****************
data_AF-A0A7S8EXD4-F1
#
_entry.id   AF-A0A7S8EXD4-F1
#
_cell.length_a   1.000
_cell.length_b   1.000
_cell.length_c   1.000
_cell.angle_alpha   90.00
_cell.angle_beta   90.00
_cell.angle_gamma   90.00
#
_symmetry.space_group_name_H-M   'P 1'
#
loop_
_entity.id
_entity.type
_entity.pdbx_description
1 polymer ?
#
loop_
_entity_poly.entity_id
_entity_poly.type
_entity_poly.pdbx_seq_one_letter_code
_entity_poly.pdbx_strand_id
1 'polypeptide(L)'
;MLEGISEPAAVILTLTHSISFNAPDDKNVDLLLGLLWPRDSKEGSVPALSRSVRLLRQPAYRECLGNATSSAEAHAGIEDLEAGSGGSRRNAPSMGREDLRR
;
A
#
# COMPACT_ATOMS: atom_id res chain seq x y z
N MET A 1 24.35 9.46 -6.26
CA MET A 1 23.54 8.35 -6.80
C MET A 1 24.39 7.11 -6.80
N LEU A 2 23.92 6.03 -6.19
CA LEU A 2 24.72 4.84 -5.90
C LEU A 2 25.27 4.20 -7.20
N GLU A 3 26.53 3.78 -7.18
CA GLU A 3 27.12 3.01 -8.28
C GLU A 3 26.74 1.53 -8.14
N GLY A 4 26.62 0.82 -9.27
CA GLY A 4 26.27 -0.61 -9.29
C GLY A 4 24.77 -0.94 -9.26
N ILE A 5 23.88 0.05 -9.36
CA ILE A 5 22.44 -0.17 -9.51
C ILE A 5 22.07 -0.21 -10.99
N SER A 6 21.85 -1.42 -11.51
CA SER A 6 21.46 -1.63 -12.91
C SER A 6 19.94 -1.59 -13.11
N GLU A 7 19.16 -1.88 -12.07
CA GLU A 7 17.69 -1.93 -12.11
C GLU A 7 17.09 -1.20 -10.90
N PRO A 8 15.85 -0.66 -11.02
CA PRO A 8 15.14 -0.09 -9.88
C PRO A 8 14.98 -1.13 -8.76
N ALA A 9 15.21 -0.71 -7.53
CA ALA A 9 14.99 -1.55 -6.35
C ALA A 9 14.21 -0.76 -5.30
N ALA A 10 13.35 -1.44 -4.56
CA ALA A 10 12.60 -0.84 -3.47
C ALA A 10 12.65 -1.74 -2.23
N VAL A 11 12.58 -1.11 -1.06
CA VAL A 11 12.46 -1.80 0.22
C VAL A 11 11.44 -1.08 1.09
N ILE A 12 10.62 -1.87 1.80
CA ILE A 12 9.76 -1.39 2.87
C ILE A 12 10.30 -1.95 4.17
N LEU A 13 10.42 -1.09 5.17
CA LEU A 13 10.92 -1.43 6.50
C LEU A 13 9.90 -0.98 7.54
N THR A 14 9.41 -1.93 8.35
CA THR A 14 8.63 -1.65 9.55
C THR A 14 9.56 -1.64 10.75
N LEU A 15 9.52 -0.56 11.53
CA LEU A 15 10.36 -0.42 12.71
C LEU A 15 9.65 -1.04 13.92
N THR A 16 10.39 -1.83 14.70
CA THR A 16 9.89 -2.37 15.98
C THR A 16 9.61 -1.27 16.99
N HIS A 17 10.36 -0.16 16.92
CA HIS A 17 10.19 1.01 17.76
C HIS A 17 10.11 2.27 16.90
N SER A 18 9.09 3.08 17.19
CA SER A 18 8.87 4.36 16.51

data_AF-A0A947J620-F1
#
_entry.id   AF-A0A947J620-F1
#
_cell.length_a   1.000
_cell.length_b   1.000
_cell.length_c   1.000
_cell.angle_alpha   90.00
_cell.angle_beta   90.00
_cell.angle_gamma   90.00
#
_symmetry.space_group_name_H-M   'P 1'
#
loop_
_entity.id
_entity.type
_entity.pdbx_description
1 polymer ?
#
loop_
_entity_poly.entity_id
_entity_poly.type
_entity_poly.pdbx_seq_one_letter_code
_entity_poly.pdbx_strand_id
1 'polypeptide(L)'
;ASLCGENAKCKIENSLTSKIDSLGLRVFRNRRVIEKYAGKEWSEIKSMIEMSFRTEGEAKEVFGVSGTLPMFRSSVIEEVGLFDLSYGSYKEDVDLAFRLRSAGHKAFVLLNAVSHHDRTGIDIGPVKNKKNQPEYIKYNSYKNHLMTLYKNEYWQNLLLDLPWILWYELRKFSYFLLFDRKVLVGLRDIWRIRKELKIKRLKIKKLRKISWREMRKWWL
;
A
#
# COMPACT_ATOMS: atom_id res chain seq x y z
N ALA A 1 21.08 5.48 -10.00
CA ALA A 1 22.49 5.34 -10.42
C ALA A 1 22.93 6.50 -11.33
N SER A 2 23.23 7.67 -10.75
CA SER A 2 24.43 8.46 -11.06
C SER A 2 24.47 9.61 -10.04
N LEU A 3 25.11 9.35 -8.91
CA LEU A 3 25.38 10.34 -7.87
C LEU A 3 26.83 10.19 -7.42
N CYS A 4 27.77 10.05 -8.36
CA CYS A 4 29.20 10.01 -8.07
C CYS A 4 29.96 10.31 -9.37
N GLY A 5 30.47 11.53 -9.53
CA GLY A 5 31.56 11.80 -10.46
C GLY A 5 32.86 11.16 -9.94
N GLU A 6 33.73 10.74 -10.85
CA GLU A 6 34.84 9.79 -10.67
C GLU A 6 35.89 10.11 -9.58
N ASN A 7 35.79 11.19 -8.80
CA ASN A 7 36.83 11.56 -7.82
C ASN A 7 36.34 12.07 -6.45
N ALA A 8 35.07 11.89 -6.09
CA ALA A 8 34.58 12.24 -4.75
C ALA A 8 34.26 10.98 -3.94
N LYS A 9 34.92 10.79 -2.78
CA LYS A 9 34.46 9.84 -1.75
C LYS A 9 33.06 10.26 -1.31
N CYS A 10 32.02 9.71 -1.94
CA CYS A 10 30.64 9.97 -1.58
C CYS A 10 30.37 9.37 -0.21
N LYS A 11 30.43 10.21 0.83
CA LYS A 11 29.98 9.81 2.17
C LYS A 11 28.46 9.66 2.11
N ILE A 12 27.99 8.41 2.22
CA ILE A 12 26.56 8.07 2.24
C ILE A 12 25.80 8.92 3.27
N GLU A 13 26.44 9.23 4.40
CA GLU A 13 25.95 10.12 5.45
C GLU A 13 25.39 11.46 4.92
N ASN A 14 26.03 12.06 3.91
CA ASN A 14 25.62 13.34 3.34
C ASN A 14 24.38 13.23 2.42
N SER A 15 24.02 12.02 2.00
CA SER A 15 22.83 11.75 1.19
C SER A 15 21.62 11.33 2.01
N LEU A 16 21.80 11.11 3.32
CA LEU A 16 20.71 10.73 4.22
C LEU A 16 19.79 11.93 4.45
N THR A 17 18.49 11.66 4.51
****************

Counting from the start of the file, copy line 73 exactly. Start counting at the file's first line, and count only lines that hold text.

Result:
N LEU A 15 9.52 -0.56 11.53